Flu vaccine during pregnancy
If you are pregnant you should get the flu vaccine because you are at increased risk of severe complications from flu. The vaccine protects you during pregnancy.
You can get the flu vaccine at any stage of pregnancy. You should get it as early as possible in your pregnancy. The flu season usually occurs between September and April. If you are pregnant through two flu seasons, two vaccines, one in each season, may be necessary.
Impact of flu during pregnancy
Pregnant women are more likely to get complications due to changes in their heart and lung function. They are also more likely to be admitted to hospital and the Intensive Care Unit.
Getting flu in pregnancy may also lead to premature birth, lower birth weight and even stillbirth. There is evidence that the vaccine reduces the rate of stillbirth by over 50%. Infants under the age of 6 months have the highest rate of hospitalisation and death from influenza.
How safe is the flu vaccine in pregnancy?
The flu vaccine has been given to millions of pregnant women. It has been given to pregnant women for almost 60 years in the US. Reactions are generally mild and serious side effects are very rare.
Will my baby be protected if I get the flu vaccine?
Getting the flu vaccine during pregnancy can protect your baby in the womb and for up to the first six months of life. It can prevent you getting flu and passing it on to your baby.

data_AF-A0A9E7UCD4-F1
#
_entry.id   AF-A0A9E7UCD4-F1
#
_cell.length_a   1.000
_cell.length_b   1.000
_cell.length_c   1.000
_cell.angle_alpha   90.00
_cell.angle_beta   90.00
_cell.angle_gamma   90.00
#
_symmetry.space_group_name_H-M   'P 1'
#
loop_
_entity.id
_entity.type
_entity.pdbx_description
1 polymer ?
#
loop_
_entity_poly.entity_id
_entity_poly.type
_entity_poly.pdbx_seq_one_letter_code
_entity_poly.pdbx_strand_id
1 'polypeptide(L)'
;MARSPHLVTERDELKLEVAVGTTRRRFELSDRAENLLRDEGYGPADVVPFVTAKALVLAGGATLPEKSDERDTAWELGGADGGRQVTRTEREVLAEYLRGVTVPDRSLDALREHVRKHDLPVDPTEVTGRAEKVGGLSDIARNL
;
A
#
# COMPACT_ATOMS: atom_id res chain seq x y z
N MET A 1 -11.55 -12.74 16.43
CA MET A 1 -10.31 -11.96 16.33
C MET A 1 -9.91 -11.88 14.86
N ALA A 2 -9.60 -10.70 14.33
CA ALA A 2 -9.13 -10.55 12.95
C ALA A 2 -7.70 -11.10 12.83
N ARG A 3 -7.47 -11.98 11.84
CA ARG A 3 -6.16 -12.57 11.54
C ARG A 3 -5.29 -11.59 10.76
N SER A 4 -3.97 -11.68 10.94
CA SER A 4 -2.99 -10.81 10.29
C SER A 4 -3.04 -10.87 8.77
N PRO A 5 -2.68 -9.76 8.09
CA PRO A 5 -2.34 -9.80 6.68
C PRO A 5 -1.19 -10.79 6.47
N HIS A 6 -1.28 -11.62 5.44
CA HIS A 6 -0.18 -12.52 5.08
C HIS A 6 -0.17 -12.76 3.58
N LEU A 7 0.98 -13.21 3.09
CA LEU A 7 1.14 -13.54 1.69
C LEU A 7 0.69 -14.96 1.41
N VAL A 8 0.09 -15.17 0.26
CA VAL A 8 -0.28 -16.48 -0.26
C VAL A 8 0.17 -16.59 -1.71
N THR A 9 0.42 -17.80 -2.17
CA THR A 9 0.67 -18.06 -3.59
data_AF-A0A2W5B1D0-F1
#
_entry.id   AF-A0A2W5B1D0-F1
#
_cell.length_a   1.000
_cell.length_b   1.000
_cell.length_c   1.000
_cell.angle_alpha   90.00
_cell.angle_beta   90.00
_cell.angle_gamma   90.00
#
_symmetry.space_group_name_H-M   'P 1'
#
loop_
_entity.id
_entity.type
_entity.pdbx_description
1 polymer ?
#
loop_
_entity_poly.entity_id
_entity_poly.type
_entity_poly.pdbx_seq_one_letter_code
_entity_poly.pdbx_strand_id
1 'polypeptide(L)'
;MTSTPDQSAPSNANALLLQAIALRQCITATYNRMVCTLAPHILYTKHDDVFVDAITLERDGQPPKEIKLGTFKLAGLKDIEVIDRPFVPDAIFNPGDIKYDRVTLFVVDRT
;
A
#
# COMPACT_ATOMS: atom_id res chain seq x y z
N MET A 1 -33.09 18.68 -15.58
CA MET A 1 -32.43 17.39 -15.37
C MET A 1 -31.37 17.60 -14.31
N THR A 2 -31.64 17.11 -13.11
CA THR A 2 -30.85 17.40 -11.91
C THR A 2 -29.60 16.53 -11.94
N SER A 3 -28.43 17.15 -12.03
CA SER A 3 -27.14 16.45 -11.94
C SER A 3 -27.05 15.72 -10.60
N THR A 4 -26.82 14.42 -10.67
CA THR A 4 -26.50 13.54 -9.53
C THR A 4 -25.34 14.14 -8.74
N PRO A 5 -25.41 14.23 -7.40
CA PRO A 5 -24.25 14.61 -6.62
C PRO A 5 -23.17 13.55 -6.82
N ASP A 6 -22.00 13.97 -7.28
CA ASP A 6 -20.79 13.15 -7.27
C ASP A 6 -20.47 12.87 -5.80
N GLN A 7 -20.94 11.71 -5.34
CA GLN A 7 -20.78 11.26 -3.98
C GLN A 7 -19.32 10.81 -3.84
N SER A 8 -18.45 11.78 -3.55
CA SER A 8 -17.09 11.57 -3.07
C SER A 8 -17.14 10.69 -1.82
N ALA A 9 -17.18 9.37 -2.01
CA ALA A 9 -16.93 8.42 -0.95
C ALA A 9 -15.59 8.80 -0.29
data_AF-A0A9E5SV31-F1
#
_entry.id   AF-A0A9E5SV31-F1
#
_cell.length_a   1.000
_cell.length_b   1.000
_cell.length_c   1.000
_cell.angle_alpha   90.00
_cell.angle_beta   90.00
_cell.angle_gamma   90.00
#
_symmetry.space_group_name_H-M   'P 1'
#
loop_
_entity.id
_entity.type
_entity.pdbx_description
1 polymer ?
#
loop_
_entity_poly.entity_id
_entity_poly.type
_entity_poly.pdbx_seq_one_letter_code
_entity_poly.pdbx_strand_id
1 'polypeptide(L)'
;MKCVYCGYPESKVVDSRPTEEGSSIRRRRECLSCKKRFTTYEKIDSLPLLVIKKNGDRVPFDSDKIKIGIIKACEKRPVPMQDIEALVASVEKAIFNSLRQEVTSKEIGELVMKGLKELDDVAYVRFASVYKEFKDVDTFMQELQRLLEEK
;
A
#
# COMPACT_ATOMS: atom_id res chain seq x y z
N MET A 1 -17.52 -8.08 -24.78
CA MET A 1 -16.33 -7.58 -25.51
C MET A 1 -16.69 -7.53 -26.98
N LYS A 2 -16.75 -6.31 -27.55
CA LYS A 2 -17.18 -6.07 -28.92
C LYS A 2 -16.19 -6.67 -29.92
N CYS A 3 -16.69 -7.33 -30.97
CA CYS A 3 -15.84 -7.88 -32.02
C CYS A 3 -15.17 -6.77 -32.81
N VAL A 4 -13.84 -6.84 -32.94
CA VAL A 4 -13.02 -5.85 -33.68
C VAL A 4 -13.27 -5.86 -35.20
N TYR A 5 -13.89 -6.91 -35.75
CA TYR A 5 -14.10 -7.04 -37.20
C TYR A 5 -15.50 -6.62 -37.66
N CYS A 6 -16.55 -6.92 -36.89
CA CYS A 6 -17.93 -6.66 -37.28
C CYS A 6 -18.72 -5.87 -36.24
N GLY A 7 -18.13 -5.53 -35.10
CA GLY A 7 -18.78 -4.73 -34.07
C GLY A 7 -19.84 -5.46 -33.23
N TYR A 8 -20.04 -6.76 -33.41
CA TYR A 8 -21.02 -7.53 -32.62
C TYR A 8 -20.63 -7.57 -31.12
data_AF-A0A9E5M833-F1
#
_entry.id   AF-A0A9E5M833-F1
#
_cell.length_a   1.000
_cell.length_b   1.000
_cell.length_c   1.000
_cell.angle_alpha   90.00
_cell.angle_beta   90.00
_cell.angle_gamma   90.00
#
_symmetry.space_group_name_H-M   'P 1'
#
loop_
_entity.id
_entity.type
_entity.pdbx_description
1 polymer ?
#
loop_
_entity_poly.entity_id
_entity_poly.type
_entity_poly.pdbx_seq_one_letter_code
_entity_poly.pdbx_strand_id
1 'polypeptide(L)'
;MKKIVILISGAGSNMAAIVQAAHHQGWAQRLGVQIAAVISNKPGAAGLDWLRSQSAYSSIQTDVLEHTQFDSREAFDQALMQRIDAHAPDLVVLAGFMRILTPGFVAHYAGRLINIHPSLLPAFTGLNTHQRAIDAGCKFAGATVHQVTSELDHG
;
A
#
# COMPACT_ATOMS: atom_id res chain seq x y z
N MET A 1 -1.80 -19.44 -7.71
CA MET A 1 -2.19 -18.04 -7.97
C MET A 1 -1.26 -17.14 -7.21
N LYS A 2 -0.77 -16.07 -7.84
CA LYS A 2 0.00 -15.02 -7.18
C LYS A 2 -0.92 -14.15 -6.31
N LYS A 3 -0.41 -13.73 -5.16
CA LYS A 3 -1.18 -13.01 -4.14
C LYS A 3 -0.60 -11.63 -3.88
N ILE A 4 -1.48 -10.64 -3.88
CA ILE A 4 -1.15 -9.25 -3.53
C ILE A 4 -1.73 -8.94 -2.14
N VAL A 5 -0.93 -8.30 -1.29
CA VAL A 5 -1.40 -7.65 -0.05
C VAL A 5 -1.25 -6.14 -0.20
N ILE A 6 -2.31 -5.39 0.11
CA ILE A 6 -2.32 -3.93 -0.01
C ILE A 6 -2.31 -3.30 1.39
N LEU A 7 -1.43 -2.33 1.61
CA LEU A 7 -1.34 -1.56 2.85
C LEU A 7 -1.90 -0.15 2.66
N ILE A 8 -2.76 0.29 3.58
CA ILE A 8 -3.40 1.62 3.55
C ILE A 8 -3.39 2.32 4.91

When should I get vaccinated?
If you are already pregnant the vaccine should be given in September/October each year and is available from your family doctor or pharmacist. In the Northern Hemisphere the flu season lasts from October to the end of April. Women who become pregnant at any stage during the flu season should get the flu vaccine.
If you are pregnant through two flu seasons, two flu vaccines, one in each season, may be needed.
Can the flu vaccine be given at the same time as the whooping cough (Tdap) vaccine during pregnancy?
Yes. You can have flu and whooping cough (Tdap) vaccines at the same time. The vaccines are usually given in different arms.
I was pregnant at the end of the last season and received seasonal flu vaccine then. I have not yet delivered my baby so should I receive seasonal flu vaccine now?
Yes. You should have the seasonal flu vaccine now to give you immunity from the flu strains expected this winter.
What to expect after the flu vaccine
The most common side effects are mild and include soreness, redness or swelling where the injection was given. Headache, fever, aches and tiredness may occur. You may have mild sweating and shivering as your immune system responds to the vaccine. This is not flu and will pass in a day or so.
What should I do if I do not feel well after the flu vaccine?
Take paracetamol if you have a temperature after the flu vaccine. Paracetamol is safe during pregnancy and it is important for you and your baby to avoid fever.
Do not take aspirin or ibuprofen unless advised by your obstetrician.
If you are unwell after the vaccine it could be for some other reason. Don't assume it's due to the vaccine. Seek medical advice if needed.
Please make and appointment now to have the flu vaccine. Protect yourself and protect your baby. You should also talk to your GP about whooping cough vaccine. Both vaccines can be given on the same day.